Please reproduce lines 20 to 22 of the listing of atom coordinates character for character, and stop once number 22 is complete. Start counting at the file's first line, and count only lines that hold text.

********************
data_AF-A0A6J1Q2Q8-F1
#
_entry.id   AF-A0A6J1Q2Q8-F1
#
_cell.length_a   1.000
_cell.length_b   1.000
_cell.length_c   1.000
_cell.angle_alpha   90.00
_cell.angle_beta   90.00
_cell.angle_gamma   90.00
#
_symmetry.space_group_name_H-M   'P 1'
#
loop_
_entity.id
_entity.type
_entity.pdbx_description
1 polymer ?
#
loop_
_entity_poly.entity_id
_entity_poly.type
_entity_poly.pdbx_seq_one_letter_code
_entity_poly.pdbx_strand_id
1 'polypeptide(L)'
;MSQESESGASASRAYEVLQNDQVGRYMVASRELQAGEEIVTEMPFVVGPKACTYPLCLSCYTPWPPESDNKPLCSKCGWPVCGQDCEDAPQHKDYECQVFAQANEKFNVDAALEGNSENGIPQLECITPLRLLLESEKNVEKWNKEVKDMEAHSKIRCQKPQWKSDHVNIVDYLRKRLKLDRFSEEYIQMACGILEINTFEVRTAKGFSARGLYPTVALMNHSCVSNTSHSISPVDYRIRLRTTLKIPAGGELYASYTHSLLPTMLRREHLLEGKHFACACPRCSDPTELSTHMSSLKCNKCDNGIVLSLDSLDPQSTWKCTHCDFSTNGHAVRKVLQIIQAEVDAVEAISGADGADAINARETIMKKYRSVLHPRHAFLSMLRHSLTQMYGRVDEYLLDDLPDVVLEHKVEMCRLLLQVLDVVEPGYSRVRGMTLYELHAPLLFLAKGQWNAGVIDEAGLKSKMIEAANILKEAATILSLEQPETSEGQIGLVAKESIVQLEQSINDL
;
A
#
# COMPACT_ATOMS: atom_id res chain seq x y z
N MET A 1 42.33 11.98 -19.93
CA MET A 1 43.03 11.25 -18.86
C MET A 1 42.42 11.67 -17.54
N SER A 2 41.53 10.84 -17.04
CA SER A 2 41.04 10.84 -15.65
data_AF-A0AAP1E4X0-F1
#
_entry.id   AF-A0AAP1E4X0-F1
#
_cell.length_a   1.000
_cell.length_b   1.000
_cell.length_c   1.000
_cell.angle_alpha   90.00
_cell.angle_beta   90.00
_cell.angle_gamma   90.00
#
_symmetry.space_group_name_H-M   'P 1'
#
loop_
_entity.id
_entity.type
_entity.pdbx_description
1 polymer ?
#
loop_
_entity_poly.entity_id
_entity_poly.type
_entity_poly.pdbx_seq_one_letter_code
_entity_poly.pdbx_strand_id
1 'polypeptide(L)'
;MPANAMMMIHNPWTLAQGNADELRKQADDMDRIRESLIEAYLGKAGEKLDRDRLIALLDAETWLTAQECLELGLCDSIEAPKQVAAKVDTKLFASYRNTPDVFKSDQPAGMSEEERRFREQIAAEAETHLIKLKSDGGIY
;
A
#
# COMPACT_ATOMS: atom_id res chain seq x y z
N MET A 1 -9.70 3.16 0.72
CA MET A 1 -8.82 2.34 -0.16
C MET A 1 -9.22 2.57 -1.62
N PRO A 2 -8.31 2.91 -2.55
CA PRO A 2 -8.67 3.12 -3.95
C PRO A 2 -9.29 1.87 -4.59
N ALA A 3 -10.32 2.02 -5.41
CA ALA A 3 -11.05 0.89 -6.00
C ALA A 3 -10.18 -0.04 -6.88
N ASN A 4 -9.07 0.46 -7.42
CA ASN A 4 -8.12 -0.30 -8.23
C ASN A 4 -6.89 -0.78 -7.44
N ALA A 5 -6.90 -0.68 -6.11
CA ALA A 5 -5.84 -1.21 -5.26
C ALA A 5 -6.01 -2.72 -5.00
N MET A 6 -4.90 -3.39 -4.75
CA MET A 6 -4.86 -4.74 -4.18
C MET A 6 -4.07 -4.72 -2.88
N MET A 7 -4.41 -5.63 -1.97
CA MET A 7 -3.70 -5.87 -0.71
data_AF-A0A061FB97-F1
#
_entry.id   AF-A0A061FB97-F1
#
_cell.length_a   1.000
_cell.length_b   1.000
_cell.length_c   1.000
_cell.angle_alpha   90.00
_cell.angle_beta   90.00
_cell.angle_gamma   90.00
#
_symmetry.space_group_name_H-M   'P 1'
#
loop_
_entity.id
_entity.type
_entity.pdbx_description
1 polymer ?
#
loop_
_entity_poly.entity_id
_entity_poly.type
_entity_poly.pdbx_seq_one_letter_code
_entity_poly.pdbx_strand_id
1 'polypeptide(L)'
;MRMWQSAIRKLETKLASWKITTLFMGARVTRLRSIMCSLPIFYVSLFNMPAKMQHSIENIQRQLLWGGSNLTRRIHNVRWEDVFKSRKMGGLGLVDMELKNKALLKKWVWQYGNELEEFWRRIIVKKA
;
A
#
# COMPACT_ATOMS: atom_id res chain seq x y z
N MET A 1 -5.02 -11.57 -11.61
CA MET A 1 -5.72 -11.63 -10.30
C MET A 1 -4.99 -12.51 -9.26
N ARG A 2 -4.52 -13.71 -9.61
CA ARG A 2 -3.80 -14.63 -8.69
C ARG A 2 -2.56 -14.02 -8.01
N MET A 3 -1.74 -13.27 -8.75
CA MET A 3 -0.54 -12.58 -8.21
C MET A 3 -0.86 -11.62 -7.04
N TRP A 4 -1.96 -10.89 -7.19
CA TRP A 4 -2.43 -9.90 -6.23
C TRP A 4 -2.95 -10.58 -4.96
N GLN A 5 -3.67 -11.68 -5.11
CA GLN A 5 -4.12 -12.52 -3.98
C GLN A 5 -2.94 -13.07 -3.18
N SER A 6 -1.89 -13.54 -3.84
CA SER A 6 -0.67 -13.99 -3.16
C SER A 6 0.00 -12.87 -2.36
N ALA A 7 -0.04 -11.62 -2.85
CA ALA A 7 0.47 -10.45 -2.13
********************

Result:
loop_
_entity_poly.entity_id
_entity_poly.type